Wednesday, October 17, 2012 / 12:30 PM
There must be a proper Latin name for soup fanatics, something beyond soupophiles. Whatever they're called, they should be in heaven at Zoya's Cafe & Catering. Of course, there are other choices, but it's the serious soups that lead the way. Both cold and hot soups, by the way; on our visit, both gazpacho and a cold borscht were on the list along with the hot choices. (No need to ask; yes, they were steaming hot, always another plus.)
Like many small strip-mall food operations, Zoya's is primarily a lunch operation, closing relatively early on weeknights and at 3 p.m. on Saturday. Still, we're thinking that there are folks who stop by on their way home for carryout to supplement - or create - dinner. It's a simple little spot, a counter for ordering, a couple of refrigerated cases, easy viewing of the prep area and a do-it-yourself beverage dispensing area. No frills beyond photos on the wall; it's all about the food and Zoya herself (left) zipping around to check on how folks liked the food and schmoozing with regular customers.
The borscht (below left) isn't the thick magenta-colored puree still found in restaurants on New York's East village. It's cool, chunky, crunchy with cucumber as well as the beets, a dollop of sour cream balancing a little tartness and the clear notes and occasional frond of fresh dill. Lentil-split pea soup (below right), definitely not the sludgy mass sometimes found, was full-flavored and at the right spot between watery and the aforementioned sludge. There also seemed to be some Israeli couscous here and there as well to vary the texture. While we found no meat pieces, it's based on a chicken stock, according to Zoya.
And then there was the matzo ball soup (below left). Its chicken broth was notably rich, full of fowlish flavor with good notes of parsley and celery, a fine gold color. The matzo balls, each about the size of a ping pong ball, were firm but more tender than the firmness might hint. Floater or sinker? The height of the bowl plus the diameter of the matzo balls didn't give enough room to give an accurate answer to that always-burning question. Aficionados won't miss the chance to decide for themselves.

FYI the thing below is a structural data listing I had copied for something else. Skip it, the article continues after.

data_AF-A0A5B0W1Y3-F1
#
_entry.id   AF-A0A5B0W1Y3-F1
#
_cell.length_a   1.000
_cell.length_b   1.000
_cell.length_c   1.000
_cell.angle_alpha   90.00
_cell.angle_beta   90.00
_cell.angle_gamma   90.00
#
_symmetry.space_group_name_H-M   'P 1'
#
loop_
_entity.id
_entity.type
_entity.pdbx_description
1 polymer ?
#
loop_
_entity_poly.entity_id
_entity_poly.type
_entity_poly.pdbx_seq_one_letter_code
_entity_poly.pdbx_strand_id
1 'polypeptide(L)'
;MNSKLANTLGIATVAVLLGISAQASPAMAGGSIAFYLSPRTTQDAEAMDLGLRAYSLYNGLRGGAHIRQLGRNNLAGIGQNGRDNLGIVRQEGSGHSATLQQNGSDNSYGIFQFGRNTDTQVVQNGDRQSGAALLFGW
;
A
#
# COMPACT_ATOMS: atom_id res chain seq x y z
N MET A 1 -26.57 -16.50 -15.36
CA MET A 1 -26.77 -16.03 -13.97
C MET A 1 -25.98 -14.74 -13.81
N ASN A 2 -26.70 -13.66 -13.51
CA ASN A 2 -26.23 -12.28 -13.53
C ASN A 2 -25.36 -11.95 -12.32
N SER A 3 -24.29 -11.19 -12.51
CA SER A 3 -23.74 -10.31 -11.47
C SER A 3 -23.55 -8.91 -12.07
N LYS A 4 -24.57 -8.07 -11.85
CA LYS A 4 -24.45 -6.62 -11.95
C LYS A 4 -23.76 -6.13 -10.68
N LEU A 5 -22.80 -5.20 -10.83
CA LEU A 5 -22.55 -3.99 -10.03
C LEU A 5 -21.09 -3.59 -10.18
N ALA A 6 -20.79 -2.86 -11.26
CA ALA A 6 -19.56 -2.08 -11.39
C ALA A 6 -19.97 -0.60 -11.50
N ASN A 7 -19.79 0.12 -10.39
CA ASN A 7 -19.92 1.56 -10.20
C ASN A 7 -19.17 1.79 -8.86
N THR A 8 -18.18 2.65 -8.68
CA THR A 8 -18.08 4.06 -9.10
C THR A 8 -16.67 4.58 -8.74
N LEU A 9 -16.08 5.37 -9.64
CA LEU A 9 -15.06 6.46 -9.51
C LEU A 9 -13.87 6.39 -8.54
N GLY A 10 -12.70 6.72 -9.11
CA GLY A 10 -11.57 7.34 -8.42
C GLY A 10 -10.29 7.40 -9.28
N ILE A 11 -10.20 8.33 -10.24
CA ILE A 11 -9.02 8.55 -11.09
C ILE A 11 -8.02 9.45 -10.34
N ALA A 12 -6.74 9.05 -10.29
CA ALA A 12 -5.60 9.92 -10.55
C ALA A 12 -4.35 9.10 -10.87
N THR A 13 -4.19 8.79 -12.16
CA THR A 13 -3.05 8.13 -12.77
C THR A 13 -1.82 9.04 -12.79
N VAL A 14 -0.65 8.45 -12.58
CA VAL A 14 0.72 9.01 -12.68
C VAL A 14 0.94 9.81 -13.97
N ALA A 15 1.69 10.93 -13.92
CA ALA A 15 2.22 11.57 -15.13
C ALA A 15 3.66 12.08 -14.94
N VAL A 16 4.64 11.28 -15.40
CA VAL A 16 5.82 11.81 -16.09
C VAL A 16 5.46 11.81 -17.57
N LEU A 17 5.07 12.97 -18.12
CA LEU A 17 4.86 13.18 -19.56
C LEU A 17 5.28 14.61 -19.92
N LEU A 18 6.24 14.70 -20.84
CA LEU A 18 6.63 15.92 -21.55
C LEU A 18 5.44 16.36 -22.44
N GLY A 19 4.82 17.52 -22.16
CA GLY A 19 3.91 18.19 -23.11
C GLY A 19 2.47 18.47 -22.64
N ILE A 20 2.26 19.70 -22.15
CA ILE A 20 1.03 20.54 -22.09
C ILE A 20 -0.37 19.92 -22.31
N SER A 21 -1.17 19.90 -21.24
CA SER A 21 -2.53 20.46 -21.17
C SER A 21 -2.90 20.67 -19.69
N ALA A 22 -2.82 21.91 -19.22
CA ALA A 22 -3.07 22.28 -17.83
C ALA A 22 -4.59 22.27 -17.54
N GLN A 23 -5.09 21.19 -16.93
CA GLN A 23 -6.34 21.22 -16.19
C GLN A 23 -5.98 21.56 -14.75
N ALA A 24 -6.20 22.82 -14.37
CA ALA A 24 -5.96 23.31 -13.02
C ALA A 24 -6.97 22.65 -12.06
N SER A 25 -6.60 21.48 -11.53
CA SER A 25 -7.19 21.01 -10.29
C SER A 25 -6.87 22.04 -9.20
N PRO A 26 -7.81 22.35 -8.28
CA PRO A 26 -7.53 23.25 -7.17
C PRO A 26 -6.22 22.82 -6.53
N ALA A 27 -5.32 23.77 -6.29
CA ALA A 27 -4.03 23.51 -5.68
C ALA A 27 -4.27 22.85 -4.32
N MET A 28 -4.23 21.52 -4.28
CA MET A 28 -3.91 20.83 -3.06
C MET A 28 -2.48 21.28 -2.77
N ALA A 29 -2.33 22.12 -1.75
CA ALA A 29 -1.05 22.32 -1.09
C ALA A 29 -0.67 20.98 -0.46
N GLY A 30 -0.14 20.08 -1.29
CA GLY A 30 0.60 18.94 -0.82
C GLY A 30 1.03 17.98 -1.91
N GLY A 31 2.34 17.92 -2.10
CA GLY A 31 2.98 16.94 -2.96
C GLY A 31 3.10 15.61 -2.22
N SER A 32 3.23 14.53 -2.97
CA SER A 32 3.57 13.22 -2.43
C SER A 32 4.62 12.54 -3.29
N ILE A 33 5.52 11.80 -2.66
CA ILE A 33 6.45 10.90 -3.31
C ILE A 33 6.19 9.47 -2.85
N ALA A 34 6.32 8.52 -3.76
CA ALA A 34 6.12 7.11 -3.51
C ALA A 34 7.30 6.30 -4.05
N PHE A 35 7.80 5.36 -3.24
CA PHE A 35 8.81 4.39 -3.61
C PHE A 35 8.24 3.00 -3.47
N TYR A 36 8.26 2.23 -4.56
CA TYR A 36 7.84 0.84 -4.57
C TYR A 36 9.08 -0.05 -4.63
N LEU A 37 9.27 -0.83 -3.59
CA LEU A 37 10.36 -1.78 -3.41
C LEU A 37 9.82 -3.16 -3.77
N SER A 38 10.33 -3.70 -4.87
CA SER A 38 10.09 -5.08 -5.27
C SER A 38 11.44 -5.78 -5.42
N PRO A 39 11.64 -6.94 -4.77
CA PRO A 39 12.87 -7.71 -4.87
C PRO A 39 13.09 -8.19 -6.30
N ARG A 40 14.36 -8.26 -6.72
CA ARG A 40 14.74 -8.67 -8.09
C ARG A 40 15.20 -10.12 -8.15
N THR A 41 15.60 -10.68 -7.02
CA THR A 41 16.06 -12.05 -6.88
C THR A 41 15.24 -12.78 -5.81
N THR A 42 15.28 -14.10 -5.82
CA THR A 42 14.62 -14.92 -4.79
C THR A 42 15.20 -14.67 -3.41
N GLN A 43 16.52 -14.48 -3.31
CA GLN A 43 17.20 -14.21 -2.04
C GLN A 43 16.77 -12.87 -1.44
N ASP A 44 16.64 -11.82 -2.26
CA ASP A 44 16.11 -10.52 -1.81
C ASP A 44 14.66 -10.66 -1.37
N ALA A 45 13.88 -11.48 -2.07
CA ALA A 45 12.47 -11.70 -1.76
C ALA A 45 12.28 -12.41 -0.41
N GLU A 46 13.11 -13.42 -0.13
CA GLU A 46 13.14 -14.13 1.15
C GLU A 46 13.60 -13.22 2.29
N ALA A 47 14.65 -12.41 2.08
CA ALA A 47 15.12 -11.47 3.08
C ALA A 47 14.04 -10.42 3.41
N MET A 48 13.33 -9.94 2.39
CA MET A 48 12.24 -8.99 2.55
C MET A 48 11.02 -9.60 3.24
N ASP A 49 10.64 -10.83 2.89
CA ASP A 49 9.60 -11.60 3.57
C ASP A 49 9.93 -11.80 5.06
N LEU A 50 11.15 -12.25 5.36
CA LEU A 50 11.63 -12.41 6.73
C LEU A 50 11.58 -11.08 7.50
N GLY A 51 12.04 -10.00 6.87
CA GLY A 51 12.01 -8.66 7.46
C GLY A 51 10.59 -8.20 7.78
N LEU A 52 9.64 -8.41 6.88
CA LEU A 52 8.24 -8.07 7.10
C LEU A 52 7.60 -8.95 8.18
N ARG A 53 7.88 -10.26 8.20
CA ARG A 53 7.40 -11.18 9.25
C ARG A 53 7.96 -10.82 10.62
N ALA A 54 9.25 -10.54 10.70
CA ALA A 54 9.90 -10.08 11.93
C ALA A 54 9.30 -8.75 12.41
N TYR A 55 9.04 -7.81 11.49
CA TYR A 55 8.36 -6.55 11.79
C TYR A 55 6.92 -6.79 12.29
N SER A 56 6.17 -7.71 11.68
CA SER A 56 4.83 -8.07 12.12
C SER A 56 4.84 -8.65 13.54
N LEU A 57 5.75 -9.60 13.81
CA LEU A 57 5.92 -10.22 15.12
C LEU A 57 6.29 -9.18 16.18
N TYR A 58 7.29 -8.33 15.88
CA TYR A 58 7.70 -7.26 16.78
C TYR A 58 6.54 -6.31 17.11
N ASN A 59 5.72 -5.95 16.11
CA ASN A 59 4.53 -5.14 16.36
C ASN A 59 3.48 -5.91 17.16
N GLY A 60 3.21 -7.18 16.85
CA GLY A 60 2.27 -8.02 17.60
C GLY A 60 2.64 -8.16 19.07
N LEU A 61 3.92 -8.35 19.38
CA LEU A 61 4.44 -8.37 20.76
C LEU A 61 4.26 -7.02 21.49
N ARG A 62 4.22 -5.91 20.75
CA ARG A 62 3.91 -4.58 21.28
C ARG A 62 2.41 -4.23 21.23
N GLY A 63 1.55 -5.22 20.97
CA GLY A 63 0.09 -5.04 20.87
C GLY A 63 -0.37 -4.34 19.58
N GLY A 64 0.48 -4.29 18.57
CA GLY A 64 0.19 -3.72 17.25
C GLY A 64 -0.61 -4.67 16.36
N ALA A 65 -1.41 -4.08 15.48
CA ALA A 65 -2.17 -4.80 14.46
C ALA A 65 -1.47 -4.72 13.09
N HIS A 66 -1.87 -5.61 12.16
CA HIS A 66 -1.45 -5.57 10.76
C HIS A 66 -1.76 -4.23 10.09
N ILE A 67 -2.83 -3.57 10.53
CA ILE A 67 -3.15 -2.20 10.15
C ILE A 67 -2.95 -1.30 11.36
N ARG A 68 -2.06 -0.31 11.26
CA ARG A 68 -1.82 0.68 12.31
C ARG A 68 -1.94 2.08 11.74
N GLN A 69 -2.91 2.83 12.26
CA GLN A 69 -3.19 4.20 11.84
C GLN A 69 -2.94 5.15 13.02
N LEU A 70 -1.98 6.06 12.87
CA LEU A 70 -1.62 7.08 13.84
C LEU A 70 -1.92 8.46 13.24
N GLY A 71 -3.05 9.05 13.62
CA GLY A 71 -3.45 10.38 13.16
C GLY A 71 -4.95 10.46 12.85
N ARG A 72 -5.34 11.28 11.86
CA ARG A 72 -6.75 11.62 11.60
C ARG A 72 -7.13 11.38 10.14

Much of the posted menu leans toward the Greek, and a fish gyro (above right) sounded interesting. Thin fillets of grouper had been lightly seasoned with what registered as a mix of Creole seasoning and curry powder, sprinkled with a few breadcrumbs and baked, then wrapped in warm, fresh pita with lettuce, cherry tomatoes and a thick tzatziki sauce, very creamy and with generous amounts of parsley. Distinctly non-Greek is a balsamic turkey sandwich, which anoints the turkey with a balsamic vinaigrette. Besides the basic lettuce-tomato-onion route, Zoya's also includes sweet yellow peppers, a nice touch. The bread, a chunk of which is also served with the soup, is a french bread in the New Orleans style, a very crisp crust and soft interior, a style found in authentic poor boy sandwiches. It's a generously piled 'wich and the balsamic vinegar adds a nice touch without making it more than faintly sweet.
And then there was the stuffed cabbage. Except for those of us who didn't grow up in the stuffed cabbage tradition, everyone's grandmother made it differently. Thus everyone's an expert. This particular version is only somewhat smaller than a quarterback's fist, and sauced in a thick and slightly chunky deep red tomato sauce, tilting more toward the sweet than the sweet-sour. The generous filling was dense, with not much filler in it, a very basic flavoring, salt, pepper, perhaps a little onion garlic, with the cabbage and tomato doing most of the tastebud two-step.
Fat cookies sit by the cash register, but more intriguing are the small Greek pastries. Kataifi, the shredded dough, is wrapped into a finger-sized cylinder, and the baklava triangles are small, each just enough for two bites. The baklava is fresh, nutty and not oozing with syrup, thus not very sweet and easy enough to eat by hand using the paper frill in which it resides as a holder. The kataifi finger probably has a few finely minced nuts in the middle, but it's mostly about the crunch and the even fainter sweetness than its cousin the baklava. Both are worthwhile, though, especially at $1 each.
Zoya's deserves a spot on the lunch rotation list, especially if the day calls for soup. Grab your sweater, those days have arrived.
Zoya's Cafe & Catering
725 N. New Ballas
Mon-Fri 9 a.m. - 8 p.m.
Sat 11 a.m. - 3 p.m.
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